CNC Mill Repairs iPhone 7

Modern smartphones are highly integrated devices, bringing immense computing power into the palm of one’s hand. This portable computing power and connectivity has both changed society in innumerable ways, and also tends to lead to said powerful computers ending up dropped on the ground or into toilets. Repairs are often limited to screen replacement or exchanging broken modules, but it’s possible to go much further.

The phone is an iPhone 7, which a service center reported had issues with the CPU, and the only fix was a full mainboard replacement. [The Kardi Lab] weren’t fussed, however, and got to work. The mainboard is installed in a CNC fixture, and the A10 CPU is delicately milled away, layer by layer. A scalpel and hot air gun are then used for some further cleanup of the solder pads. Some conductivity testing to various pads is then carried out, for reasons that aren’t entirely clear.

At this point, a spare A10 CPU is sourced, and a stencil is used to apply solder paste or balls – it is not immediately obvious which. The new chip is then reflowed on to the mainboard, and the phone reassembled. The device is then powered on and shown to be functional.

It’s an impressive repair, and shows that modern electronics isn’t so impossible to fix – as long as you have the right tools to hand. The smart thing is, by using the CNC machine with a pre-baked program, it greatly reduces the labor required in the removal stage, making the repair much more cost-effective. The team are particularly helpful, linking to the tools used to pull off the repair in the video description. We’ve seen similar hacks, too – such as upgrading an iPhone’s memory.  Video after the break.

[Thanks to Nikolai for the tip!]

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Does Library Bloat Make Your Smartphone App Look Fat?

While earlier smartphones seemed to manage well enough with individual applications that only weighed in at a few megabytes, a perusal of the modern smartphone software store uncovers some positively monstrous file sizes. The fact that we’ve become accustomed to mobile applications requiring 100+ MB downloads on what’s often a metered Internet connection in only a few short years is pretty crazy if you stop to think about it.

Seeing reports that the Nest app for iOS tipped the scales at nearly 250 MB, [Alexandre Colucci] decided to investigate. On his blog he not only documents the process of taking the application apart piece by piece to find out just what’s eating up all that space, but lists some potential fixes which could shave a bit off the top. Even if you aren’t planning a spelunking expedition into your pocket supercomputer’s particular variant of the Netflix app, the methodology and tools he uses here are fascinating in their own right and might be something worth adding to your software bag of tricks.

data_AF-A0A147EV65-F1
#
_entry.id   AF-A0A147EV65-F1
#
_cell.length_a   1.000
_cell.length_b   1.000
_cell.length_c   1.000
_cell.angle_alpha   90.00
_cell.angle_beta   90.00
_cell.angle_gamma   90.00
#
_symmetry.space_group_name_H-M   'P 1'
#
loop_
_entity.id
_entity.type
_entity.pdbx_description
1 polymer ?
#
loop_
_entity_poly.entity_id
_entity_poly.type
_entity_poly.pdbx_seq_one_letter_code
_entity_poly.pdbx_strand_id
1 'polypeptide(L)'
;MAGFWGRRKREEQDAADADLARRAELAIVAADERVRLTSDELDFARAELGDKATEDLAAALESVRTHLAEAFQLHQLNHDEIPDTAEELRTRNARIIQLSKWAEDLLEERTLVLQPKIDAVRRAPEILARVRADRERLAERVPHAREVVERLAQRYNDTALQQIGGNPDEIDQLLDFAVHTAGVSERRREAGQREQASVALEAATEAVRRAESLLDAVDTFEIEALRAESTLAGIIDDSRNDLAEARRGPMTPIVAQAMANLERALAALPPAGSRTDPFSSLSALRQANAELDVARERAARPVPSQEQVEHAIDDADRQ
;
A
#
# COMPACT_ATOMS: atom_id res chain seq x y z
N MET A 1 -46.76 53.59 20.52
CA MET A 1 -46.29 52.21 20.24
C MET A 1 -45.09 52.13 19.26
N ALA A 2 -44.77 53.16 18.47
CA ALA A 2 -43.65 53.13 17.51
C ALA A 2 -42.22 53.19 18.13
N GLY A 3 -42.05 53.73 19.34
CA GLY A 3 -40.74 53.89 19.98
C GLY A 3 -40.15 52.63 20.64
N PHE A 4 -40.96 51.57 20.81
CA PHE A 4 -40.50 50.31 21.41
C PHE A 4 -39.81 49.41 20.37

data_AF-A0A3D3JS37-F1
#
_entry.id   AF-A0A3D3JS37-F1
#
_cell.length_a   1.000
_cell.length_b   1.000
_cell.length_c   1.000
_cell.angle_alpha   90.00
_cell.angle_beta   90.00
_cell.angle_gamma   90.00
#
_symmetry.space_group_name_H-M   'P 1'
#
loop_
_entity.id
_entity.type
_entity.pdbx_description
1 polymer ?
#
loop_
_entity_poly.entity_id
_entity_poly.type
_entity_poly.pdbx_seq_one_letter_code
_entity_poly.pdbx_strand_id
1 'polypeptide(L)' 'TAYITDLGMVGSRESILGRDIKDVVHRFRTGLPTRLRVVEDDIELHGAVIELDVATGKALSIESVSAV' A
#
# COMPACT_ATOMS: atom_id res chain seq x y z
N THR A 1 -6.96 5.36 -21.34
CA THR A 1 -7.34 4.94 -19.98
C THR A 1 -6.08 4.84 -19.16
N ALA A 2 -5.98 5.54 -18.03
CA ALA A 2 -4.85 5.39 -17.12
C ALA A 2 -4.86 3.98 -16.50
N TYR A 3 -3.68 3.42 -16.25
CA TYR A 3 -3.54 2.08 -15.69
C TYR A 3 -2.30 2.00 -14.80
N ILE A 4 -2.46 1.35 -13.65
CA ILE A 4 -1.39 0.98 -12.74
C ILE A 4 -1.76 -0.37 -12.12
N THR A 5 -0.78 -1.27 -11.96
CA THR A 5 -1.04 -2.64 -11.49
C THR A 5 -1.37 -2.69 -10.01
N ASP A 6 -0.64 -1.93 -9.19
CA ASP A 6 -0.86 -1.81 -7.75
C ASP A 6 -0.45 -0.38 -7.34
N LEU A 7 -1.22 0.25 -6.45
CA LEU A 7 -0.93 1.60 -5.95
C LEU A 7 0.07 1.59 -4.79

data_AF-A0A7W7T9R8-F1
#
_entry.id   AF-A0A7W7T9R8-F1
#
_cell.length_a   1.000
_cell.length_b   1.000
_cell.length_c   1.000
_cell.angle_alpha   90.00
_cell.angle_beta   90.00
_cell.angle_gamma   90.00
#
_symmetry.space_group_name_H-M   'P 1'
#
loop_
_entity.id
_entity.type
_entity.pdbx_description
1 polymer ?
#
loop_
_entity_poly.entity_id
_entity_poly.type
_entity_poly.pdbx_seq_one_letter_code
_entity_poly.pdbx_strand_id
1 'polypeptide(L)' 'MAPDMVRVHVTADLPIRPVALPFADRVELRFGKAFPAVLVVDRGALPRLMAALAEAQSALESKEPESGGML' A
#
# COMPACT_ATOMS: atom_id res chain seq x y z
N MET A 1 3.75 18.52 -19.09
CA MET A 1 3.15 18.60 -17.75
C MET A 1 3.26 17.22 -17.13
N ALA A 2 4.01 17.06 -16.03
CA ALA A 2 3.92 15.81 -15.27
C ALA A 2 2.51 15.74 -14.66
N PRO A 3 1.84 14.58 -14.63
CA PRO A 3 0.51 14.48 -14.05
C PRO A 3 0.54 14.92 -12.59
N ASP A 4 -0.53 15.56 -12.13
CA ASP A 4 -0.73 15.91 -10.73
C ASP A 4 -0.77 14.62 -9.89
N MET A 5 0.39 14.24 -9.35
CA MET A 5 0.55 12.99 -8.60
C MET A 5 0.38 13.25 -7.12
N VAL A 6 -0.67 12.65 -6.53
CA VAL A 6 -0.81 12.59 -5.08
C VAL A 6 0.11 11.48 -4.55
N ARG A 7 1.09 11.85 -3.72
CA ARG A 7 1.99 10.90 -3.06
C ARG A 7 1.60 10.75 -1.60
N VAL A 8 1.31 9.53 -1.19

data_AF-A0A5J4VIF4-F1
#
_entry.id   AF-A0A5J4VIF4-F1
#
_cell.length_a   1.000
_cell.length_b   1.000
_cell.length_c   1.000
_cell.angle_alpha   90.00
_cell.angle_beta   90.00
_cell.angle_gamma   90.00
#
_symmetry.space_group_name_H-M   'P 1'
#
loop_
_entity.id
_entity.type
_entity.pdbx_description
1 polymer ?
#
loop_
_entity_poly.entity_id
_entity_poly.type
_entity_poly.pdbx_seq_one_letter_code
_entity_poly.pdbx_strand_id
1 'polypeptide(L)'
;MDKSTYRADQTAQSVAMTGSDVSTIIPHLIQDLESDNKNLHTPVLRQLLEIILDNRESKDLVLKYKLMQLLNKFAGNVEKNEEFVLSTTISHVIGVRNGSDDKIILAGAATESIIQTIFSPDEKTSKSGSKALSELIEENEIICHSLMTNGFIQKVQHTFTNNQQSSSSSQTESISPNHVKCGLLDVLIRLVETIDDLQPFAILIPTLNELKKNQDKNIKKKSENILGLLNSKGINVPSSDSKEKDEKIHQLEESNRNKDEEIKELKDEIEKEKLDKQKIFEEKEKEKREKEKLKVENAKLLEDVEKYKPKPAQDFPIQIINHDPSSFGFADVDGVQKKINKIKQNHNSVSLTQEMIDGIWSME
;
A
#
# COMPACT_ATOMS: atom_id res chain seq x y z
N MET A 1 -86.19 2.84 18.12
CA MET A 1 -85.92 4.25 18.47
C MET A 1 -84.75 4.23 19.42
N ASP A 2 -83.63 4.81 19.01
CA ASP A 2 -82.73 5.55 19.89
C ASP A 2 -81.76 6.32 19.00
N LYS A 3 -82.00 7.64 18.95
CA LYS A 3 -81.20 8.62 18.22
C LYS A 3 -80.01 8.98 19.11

By passing the application’s files through a disk usage visualizer called GrandPerspective, [Alexandre] immediately identified some rather large blocks of content. The bundled Apple Watch version of the app takes up 23 MB, video and audio used to walk the user through the device setup weigh in at 22 MB, and localization files for various languages consumes a surprising 33 MB. But the biggest single contributor to the application’s heft is the assorted libraries and frameworks which total up to an incredible 67 MB.

Of course the question is, how much of it is really necessary? It’s hard to be sure from an outsider’s perspective, but [Alexandre] notes that a few of the libraries used seem to be redundant or obsolete. In some cases this could be the result of old code still lurking in the project, but the four different libraries used for user tracking probably aren’t in there by accident. It also stands to reason that the instructional videos could be offloaded to something like YouTube, so that only users who need to view them have to expend their bandwidth on it.

Getting a little deeper into things, [Alexandre] notes that some of the localization images appear to be redundant. As a specific example, he points to the images of the Nest itself displaying Fahrenheit and Celsius temperatures. While logically this should only be two image files, there are actually eight copies of the Celsius image, each filed away as language-specific. These redundant localization images could easily be stripped out, but with gains measured in only a few hundred kilobytes, it probably wasn’t considered worth the effort during development.

In the end there’s really not as much bloat as we might like to believe. There were some redundant files, maybe a few questionable library inclusions, and the Apple Watch version of the app could surely be separated out. All together, it might get you a savings of 30 – 40%, but still not enough to bring it down under 100 MB.